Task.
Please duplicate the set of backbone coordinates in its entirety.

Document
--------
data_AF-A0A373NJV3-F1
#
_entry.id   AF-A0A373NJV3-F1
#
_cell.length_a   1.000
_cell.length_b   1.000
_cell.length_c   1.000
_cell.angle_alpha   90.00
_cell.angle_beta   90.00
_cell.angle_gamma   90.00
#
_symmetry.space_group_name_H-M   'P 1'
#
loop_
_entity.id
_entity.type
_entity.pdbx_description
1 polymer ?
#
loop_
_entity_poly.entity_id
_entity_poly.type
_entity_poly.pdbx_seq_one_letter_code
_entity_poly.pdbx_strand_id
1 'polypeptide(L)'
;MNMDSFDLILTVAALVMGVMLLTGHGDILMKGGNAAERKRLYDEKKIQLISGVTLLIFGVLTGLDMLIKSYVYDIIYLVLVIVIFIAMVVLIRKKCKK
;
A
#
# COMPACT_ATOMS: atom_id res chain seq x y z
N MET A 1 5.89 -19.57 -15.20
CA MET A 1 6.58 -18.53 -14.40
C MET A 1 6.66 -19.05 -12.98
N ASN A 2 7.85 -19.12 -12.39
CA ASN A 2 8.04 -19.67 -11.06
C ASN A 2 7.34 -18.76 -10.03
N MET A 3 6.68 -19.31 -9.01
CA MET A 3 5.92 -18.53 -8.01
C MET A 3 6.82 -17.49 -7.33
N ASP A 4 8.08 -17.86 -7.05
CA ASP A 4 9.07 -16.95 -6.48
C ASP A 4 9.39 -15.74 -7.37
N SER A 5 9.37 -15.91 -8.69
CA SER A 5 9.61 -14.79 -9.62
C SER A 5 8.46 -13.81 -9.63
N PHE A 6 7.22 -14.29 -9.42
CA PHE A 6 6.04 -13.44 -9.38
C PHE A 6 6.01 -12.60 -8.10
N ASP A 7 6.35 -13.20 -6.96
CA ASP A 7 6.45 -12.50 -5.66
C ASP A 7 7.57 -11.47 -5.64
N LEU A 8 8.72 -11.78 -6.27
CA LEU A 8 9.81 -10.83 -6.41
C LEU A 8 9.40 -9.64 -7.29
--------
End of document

data_AF-A0A373NJV3-F1
#
_entry.id   AF-A0A373NJV3-F1
#
_cell.length_a   1.000
_cell.length_b   1.000
_cell.length_c   1.000
_cell.angle_alpha   90.00
_cell.angle_beta   90.00
_cell.angle_gamma   90.00
#
_symmetry.space_group_name_H-M   'P 1'
#
loop_
_entity.id
_entity.type
_entity.pdbx_description
1 polymer ?
#
loop_
_entity_poly.entity_id
_entity_poly.type
_entity_poly.pdbx_seq_one_letter_code
_entity_poly.pdbx_strand_id
1 'polypeptide(L)'
;MNMDSFDLILTVAALVMGVMLLTGHGDILMKGGNAAERKRLYDEKKIQLISGVTLLIFGVLTGLDMLIKSYVYDIIYLVLVIVIFIAMVVLIRKKCKK
;
A
#
# COMPACT_ATOMS: atom_id res chain seq x y z
N MET A 1 5.89 -19.57 -15.20
CA MET A 1 6.58 -18.53 -14.40
C MET A 1 6.66 -19.05 -12.98
N ASN A 2 7.85 -19.12 -12.39
CA ASN A 2 8.04 -19.67 -11.06
C ASN A 2 7.34 -18.76 -10.03
N MET A 3 6.68 -19.31 -9.01
CA MET A 3 5.92 -18.53 -8.01
C MET A 3 6.82 -17.49 -7.33
N ASP A 4 8.08 -17.86 -7.05
CA ASP A 4 9.07 -16.95 -6.48
C ASP A 4 9.39 -15.74 -7.37
N SER A 5 9.37 -15.91 -8.69
CA SER A 5 9.61 -14.79 -9.62
C SER A 5 8.46 -13.81 -9.63
N PHE A 6 7.22 -14.29 -9.42
CA PHE A 6 6.04 -13.44 -9.38
C PHE A 6 6.01 -12.60 -8.10
N ASP A 7 6.35 -13.20 -6.96
CA ASP A 7 6.45 -12.50 -5.66
C ASP A 7 7.57 -11.47 -5.64
N LEU A 8 8.72 -11.78 -6.27
CA LEU A 8 9.81 -10.83 -6.41
C LEU A 8 9.40 -9.64 -7.29